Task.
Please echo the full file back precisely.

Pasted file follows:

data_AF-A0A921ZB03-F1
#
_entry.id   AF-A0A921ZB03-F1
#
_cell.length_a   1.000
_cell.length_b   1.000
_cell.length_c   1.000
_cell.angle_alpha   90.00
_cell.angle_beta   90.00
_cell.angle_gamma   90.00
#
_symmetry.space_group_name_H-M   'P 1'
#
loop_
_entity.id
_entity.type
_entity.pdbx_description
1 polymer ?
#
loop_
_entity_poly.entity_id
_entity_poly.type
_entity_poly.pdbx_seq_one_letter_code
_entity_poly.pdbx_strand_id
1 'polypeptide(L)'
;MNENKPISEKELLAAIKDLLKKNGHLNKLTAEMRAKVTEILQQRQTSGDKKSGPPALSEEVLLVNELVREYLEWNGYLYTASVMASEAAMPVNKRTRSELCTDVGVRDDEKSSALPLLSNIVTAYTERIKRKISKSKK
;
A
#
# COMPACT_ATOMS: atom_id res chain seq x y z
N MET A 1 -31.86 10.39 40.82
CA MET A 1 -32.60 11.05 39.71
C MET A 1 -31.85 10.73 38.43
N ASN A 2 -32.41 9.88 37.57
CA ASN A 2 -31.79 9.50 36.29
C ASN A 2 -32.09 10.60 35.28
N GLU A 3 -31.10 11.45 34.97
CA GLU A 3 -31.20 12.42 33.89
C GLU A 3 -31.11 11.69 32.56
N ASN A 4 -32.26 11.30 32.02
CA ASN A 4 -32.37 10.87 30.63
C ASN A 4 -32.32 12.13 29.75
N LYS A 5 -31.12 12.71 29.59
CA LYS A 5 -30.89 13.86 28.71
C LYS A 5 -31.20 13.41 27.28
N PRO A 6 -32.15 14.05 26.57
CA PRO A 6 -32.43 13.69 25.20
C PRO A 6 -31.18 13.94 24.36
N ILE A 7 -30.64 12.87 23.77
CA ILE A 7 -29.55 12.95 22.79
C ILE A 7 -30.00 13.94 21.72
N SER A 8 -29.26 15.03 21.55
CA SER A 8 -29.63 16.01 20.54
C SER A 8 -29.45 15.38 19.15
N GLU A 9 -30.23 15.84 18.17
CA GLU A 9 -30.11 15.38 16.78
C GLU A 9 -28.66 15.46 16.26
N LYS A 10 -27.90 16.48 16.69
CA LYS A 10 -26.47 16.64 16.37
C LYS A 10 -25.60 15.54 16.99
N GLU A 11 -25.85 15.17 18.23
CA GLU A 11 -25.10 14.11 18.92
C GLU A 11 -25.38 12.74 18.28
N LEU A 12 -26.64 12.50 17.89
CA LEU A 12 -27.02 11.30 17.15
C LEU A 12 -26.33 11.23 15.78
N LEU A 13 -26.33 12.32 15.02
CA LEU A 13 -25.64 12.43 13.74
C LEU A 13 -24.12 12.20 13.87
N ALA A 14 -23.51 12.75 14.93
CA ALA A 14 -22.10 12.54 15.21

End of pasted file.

data_AF-A0A921ZB03-F1
#
_entry.id   AF-A0A921ZB03-F1
#
_cell.length_a   1.000
_cell.length_b   1.000
_cell.length_c   1.000
_cell.angle_alpha   90.00
_cell.angle_beta   90.00
_cell.angle_gamma   90.00
#
_symmetry.space_group_name_H-M   'P 1'
#
loop_
_entity.id
_entity.type
_entity.pdbx_description
1 polymer ?
#
loop_
_entity_poly.entity_id
_entity_poly.type
_entity_poly.pdbx_seq_one_letter_code
_entity_poly.pdbx_strand_id
1 'polypeptide(L)'
;MNENKPISEKELLAAIKDLLKKNGHLNKLTAEMRAKVTEILQQRQTSGDKKSGPPALSEEVLLVNELVREYLEWNGYLYTASVMASEAAMPVNKRTRSELCTDVGVRDDEKSSALPLLSNIVTAYTERIKRKISKSKK
;
A
#
# COMPACT_ATOMS: atom_id res chain seq x y z
N MET A 1 -31.86 10.39 40.82
CA MET A 1 -32.60 11.05 39.71
C MET A 1 -31.85 10.73 38.43
N ASN A 2 -32.41 9.88 37.57
CA ASN A 2 -31.79 9.50 36.29
C ASN A 2 -32.09 10.60 35.28
N GLU A 3 -31.10 11.45 34.97
CA GLU A 3 -31.20 12.42 33.89
C GLU A 3 -31.11 11.69 32.56
N ASN A 4 -32.26 11.30 32.02
CA ASN A 4 -32.37 10.87 30.63
C ASN A 4 -32.32 12.13 29.75
N LYS A 5 -31.12 12.71 29.59
CA LYS A 5 -30.89 13.86 28.71
C LYS A 5 -31.20 13.41 27.28
N PRO A 6 -32.15 14.05 26.57
CA PRO A 6 -32.43 13.69 25.20
C PRO A 6 -31.18 13.94 24.36
N ILE A 7 -30.64 12.87 23.77
CA ILE A 7 -29.55 12.95 22.79
C ILE A 7 -30.00 13.94 21.72
N SER A 8 -29.26 15.03 21.55
CA SER A 8 -29.63 16.01 20.54
C SER A 8 -29.45 15.38 19.15
N GLU A 9 -30.23 15.84 18.17
CA GLU A 9 -30.11 15.38 16.78
C GLU A 9 -28.66 15.46 16.26
N LYS A 10 -27.90 16.48 16.69
CA LYS A 10 -26.47 16.64 16.37
C LYS A 10 -25.60 15.54 16.99
N GLU A 11 -25.85 15.17 18.23
CA GLU A 11 -25.10 14.11 18.92
C GLU A 11 -25.38 12.74 18.28
N LEU A 12 -26.64 12.50 17.89
CA LEU A 12 -27.02 11.30 17.15
C LEU A 12 -26.33 11.23 15.78
N LEU A 13 -26.33 12.32 15.02
CA LEU A 13 -25.64 12.43 13.74
C LEU A 13 -24.12 12.20 13.87
N ALA A 14 -23.51 12.75 14.93
CA ALA A 14 -22.10 12.54 15.21